Grand Drape

The front curtain – known also as the grand drape, act curtain or house curtain – hangs just upstage of the proscenium arch and is used to close the acting area from the audience’s view when the acting area is not supposed to be seen. The Grand Drape is typically part of the formal opening of a stage production – the house lights dim, the audience settles and the grand drape is removed from the scene revealing the stage and it’s contents behind.

Interesting theatre fact : Historically, “grand drape” referred to the most downstage drape that would be raised to become the main teaser just downstage of the act curtain. Current theatre scenarios however have led to the main teaser being a permanently mounted valance, and the act curtain is now known as, and acts as, the grand drape.

There are several types of front curtains. The drape may part, rise, fold, drape or sink.

>The traveler curtain or draw curtain, is composed of two sections of curtain suspended from a traveler track, allowing the curtain to part in the middle and pull offstage into the wings. This type of grand drape is used when there is insufficient fly space to permit lifting the curtain, or when there is some design or visual value to having the drape move horizontally rather than vertically. Where the drapes meet in the center there must be an overlap of at least 12 inches to block any light leak. This curtain will always be sewn with fullness or pleating. There are many types of curtain tracks that can be used for this type of operation. Factors considered in the track selection will include weight of the drape, width of the drape and also whether it is curved or straight.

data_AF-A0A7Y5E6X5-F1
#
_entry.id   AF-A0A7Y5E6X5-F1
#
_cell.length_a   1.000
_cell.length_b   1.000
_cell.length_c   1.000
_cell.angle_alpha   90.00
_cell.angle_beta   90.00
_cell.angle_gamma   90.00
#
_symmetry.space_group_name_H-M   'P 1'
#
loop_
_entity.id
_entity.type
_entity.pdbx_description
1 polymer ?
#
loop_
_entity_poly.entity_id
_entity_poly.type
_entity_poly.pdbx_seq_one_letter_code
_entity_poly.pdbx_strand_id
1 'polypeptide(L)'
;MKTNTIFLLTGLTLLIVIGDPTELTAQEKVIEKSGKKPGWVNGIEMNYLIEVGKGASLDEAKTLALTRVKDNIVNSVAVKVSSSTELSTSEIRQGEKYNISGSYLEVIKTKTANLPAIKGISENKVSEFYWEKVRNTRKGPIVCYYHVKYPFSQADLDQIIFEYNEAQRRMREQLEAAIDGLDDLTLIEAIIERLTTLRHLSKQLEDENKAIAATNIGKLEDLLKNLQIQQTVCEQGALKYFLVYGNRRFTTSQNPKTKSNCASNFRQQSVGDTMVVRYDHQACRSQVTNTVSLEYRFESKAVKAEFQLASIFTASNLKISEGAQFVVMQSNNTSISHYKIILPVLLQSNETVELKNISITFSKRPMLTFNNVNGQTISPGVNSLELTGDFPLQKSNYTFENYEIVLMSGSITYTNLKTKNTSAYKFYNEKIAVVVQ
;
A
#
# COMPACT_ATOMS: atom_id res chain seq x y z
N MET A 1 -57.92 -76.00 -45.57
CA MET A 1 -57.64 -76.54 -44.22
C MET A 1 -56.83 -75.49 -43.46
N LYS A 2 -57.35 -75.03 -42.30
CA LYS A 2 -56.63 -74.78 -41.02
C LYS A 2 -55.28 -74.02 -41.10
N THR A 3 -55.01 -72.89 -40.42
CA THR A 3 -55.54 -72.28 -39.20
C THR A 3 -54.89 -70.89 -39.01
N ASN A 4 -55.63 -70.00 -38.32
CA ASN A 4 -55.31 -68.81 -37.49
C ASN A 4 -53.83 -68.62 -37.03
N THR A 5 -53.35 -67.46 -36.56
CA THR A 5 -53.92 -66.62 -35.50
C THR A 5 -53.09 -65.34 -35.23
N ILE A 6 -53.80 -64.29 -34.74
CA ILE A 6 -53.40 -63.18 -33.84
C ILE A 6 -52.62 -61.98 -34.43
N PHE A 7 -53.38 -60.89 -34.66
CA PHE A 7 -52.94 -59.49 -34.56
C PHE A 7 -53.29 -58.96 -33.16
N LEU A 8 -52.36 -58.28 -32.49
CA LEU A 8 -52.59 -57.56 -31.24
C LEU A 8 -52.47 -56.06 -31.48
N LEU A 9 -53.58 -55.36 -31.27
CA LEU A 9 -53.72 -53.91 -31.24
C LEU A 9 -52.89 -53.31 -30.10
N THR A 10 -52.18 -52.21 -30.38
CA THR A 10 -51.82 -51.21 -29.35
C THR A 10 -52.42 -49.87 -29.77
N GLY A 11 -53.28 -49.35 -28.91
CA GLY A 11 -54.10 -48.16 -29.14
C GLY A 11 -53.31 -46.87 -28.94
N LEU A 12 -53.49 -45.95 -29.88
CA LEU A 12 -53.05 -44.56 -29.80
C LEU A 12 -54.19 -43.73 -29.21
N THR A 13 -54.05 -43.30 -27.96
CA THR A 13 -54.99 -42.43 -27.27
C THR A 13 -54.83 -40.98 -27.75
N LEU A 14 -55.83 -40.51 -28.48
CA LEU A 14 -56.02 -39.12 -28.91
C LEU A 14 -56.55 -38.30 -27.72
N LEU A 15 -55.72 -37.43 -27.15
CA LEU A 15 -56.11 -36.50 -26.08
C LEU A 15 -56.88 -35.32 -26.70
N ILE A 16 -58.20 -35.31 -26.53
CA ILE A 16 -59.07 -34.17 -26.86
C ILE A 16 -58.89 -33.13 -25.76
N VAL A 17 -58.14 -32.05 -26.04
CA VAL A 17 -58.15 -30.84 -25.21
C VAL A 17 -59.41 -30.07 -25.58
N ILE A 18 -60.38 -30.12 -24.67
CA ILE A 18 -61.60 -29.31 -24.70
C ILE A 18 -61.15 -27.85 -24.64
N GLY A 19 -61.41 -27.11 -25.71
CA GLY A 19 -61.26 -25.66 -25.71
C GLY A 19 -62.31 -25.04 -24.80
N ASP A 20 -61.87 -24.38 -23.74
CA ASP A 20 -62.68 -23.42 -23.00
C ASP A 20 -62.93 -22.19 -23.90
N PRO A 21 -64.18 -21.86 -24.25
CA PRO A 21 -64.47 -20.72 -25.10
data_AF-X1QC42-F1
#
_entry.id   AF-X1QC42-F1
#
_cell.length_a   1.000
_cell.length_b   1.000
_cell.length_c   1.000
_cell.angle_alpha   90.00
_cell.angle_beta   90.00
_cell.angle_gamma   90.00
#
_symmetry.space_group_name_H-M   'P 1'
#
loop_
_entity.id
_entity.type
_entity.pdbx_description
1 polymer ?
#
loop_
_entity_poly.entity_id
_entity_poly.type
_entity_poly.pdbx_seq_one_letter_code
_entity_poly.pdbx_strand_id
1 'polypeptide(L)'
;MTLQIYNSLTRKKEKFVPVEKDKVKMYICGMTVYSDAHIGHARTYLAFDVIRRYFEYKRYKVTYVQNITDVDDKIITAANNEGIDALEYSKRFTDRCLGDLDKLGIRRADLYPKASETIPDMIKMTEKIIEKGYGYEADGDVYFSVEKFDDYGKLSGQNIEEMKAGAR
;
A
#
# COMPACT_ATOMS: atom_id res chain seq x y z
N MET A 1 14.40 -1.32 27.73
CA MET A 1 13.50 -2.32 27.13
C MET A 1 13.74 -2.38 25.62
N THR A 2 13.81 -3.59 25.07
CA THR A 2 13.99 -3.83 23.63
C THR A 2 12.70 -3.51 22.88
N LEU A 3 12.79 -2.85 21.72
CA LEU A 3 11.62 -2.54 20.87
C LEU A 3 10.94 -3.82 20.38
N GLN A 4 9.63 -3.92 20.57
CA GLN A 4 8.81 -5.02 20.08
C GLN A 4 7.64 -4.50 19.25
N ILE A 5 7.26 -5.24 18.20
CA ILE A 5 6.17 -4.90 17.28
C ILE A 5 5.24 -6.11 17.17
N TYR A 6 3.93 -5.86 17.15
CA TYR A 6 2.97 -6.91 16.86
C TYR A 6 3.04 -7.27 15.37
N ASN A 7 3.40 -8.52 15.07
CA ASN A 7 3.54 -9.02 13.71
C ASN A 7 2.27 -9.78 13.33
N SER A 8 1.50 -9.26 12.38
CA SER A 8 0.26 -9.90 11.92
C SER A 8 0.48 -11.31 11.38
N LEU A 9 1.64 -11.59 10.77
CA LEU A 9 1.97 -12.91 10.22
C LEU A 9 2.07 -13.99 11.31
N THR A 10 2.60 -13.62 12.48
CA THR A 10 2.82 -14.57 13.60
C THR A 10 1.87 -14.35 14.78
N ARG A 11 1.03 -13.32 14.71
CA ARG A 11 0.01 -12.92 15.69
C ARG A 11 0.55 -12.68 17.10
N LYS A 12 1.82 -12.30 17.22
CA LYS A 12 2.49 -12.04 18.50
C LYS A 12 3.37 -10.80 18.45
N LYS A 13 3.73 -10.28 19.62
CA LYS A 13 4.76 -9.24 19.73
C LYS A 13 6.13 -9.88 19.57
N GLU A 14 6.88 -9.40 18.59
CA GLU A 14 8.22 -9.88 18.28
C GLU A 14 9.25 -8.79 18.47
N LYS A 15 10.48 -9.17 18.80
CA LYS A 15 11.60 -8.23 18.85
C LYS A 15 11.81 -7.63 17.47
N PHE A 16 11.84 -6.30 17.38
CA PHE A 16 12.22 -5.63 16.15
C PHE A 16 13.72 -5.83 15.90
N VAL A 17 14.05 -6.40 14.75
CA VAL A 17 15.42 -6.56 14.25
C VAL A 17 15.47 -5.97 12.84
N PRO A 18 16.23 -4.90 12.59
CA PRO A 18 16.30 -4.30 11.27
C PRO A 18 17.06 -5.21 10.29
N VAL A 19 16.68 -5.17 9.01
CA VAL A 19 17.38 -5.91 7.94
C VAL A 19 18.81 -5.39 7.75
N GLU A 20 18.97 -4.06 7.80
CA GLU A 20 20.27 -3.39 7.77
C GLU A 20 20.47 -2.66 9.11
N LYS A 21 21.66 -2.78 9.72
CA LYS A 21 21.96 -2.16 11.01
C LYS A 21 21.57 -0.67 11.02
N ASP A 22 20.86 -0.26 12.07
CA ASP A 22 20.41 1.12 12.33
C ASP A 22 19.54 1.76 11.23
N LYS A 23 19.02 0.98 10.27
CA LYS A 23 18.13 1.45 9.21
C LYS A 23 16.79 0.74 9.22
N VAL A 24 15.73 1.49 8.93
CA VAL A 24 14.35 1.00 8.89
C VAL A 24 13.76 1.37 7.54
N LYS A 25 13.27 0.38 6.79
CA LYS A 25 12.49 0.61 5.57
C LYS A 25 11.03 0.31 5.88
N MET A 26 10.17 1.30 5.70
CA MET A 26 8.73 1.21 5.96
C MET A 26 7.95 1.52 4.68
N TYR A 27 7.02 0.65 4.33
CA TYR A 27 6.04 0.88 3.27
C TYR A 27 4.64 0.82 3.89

> The Fly Curtain is used in large theatres where there is a fly system – a cavity above the stage with a mechanical system to raise and lower objects – and when the production design calls for a vertical reveal of the stage and it’s contents. Decorative fabrics are most often chosen and a lining fabric is usually sewn to the back to assist with the opacity of the drape. Fly curtains are sewn as one complete drape that is larger than th